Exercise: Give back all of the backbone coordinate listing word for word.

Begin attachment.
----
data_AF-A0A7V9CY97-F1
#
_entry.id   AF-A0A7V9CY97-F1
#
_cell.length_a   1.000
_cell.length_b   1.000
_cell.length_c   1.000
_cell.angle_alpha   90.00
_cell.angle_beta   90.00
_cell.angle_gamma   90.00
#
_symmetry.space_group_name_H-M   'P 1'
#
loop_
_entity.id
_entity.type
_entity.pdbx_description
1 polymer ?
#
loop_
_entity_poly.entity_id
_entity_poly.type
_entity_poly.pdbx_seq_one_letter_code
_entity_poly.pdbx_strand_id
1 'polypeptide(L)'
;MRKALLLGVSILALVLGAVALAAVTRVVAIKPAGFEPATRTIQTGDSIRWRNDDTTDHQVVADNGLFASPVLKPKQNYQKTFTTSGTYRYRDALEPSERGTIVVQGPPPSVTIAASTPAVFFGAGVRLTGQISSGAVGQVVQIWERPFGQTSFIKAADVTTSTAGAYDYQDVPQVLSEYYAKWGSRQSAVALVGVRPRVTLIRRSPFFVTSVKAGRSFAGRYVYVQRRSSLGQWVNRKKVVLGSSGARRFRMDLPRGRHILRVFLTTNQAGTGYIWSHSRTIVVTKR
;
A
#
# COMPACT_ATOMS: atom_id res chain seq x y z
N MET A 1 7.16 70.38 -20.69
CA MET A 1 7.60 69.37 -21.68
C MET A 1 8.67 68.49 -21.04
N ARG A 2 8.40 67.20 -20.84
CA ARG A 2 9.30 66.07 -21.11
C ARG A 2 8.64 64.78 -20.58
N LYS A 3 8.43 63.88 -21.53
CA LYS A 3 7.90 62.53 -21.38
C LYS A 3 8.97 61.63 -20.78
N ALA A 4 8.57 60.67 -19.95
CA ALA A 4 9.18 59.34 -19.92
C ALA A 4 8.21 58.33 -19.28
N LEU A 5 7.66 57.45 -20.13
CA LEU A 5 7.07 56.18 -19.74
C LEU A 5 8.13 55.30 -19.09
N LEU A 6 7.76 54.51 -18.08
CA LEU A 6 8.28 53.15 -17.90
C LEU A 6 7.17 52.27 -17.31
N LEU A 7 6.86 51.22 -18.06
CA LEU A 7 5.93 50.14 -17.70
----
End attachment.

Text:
data_AF-A0A7V9CY97-F1
#
_entry.id   AF-A0A7V9CY97-F1
#
_cell.length_a   1.000
_cell.length_b   1.000
_cell.length_c   1.000
_cell.angle_alpha   90.00
_cell.angle_beta   90.00
_cell.angle_gamma   90.00
#
_symmetry.space_group_name_H-M   'P 1'
#
loop_
_entity.id
_entity.type
_entity.pdbx_description
1 polymer ?
#
loop_
_entity_poly.entity_id
_entity_poly.type
_entity_poly.pdbx_seq_one_letter_code
_entity_poly.pdbx_strand_id
1 'polypeptide(L)'
;MRKALLLGVSILALVLGAVALAAVTRVVAIKPAGFEPATRTIQTGDSIRWRNDDTTDHQVVADNGLFASPVLKPKQNYQKTFTTSGTYRYRDALEPSERGTIVVQGPPPSVTIAASTPAVFFGAGVRLTGQISSGAVGQVVQIWERPFGQTSFIKAADVTTSTAGAYDYQDVPQVLSEYYAKWGSRQSAVALVGVRPRVTLIRRSPFFVTSVKAGRSFAGRYVYVQRRSSLGQWVNRKKVVLGSSGARRFRMDLPRGRHILRVFLTTNQAGTGYIWSHSRTIVVTKR
;
A
#
# COMPACT_ATOMS: atom_id res chain seq x y z
N MET A 1 7.16 70.38 -20.69
CA MET A 1 7.60 69.37 -21.68
C MET A 1 8.67 68.49 -21.04
N ARG A 2 8.40 67.20 -20.84
CA ARG A 2 9.30 66.07 -21.11
C ARG A 2 8.64 64.78 -20.58
N LYS A 3 8.43 63.88 -21.53
CA LYS A 3 7.90 62.53 -21.38
C LYS A 3 8.97 61.63 -20.78
N ALA A 4 8.57 60.67 -19.95
CA ALA A 4 9.18 59.34 -19.92
C ALA A 4 8.21 58.33 -19.28
N LEU A 5 7.66 57.45 -20.13
CA LEU A 5 7.07 56.18 -19.74
C LEU A 5 8.13 55.30 -19.09
N LEU A 6 7.76 54.51 -18.08
CA LEU A 6 8.28 53.15 -17.90
C LEU A 6 7.17 52.27 -17.31
N LEU A 7 6.86 51.22 -18.06
CA LEU A 7 5.93 50.14 -17.70